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Following the city's 2013 bankruptcy, many women in Detroit chose entrepreneurship as a path forward to grow with the revitalization of their city. The proof is in the numbers: According to Sharon Buttry of the Hamtramck Community Initiative, around 62 to 64% of small businesses in the Detroit area are headed by women.
In the third and last episode of Connecting Thread, a series from Unleashed featuring female artisans around the world, we’re invited to a dinner table where we meet women turning a perceived dead city into a hub of success and growth through the world of food.
Molly Mitchell worked her entrepreneurial engine in the Motor City and opened her restaurant Rose's Fine Food in 2013. She and her fellow business owners work to change the way we view the gender gap in the food world. “Having worked in male dominated kitchens, it’s great to see other faces and genders in that role,” Mitchell told Refinery29 in a phone interview. “It's important to show the whole picture of who is actually doing the work."
For many entrepreneurs, they're both heading the business and making the food. Alleah Webb, a graduate of Central Michigan University with an entrepreneurial degree and a minor in leadership, is the owner and manager of Drifter Coffee — a fun truck and and soon-to-be coffee shop. While she built the business from the ground up, she still gets grilled for her credentials, with customers questioning everything from her coffee choice to her ability to hitch her trailer to her truck.
"When I’m able to speak up and call people out for it and protect myself, I feel empowered instead of disempowered," Webb said. “Something I realized about being a woman in the world is people really want things from you and they take, take, take: 'I want this from you. I want you to bring your coffee here, and I want to buy this instead.' That was taking up a lot of energy. I realized saying no and checking in with yourself is extremely powerful. And you realize your time is valuable."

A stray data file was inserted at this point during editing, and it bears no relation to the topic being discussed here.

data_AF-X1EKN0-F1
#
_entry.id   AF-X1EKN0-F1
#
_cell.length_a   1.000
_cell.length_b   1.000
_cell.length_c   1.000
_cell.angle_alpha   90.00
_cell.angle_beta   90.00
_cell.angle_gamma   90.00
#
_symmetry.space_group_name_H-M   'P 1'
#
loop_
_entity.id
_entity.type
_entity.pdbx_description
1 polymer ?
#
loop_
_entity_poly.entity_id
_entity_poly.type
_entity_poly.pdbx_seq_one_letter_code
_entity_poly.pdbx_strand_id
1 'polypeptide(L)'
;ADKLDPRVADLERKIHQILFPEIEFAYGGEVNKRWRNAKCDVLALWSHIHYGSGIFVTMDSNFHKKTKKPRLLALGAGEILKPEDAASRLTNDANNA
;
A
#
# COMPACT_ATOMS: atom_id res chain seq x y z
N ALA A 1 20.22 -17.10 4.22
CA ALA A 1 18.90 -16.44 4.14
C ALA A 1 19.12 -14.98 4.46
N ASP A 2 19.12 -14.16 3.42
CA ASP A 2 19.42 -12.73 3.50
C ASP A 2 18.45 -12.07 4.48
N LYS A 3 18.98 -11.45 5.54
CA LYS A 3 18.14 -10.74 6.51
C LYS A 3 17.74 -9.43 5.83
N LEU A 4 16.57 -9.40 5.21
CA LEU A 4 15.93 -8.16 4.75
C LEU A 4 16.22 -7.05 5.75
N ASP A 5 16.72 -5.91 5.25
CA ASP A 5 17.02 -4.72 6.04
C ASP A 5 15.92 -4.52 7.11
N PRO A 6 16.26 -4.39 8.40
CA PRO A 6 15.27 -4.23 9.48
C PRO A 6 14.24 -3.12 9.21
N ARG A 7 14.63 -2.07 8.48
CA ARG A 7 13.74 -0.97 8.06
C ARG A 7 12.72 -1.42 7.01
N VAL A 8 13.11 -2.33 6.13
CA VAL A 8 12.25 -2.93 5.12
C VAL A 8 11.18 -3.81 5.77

Luckily, Detroit has turned out to be a hub for female entrepreneurs who are there to support and learn from each other. “It’s more community oriented,” Mitchell said. “I don’t know why the vibe is different in Detroit, but people have this attitude of figuring out things themselves and helping other people, as well. It’s really exciting.”
Adwity Borna, who works at Bon Bon Bon Chocolate (a Forbes award-winning female-owned pastry shop), sees the city as a land of opportunity for women. Borna moved to Detroit with her teenage daughter in 2015 from Bangladesh to find a better, safer life. "It was a miracle for me [to come here]," she said.
She lives with Buttry who introduced her to the group and showed her that Detroit is a place where women can really be successful. “Seeing other businesswomen makes me so inspired," Borna said in a phone interview. "Maybe I can start a business, too... and I want women to be even more helpful to each other. Men can also help women to move forward."
As far as the future for women in Detroit, it’s all about continued collaboration.
“People ask, 'Is Detroit coming back?' and I think this story focuses on entrepreneurial spirit,” Buttry said. “There’s a lot of other spirit in Detroit such as philanthropy, cooperation, encouragement collaboration, and when we put all those spirits together then you have a growing and thriving community. And that's my vision for Detroit. Everyone having a chance and seeing a new day."
Watch the entire film above.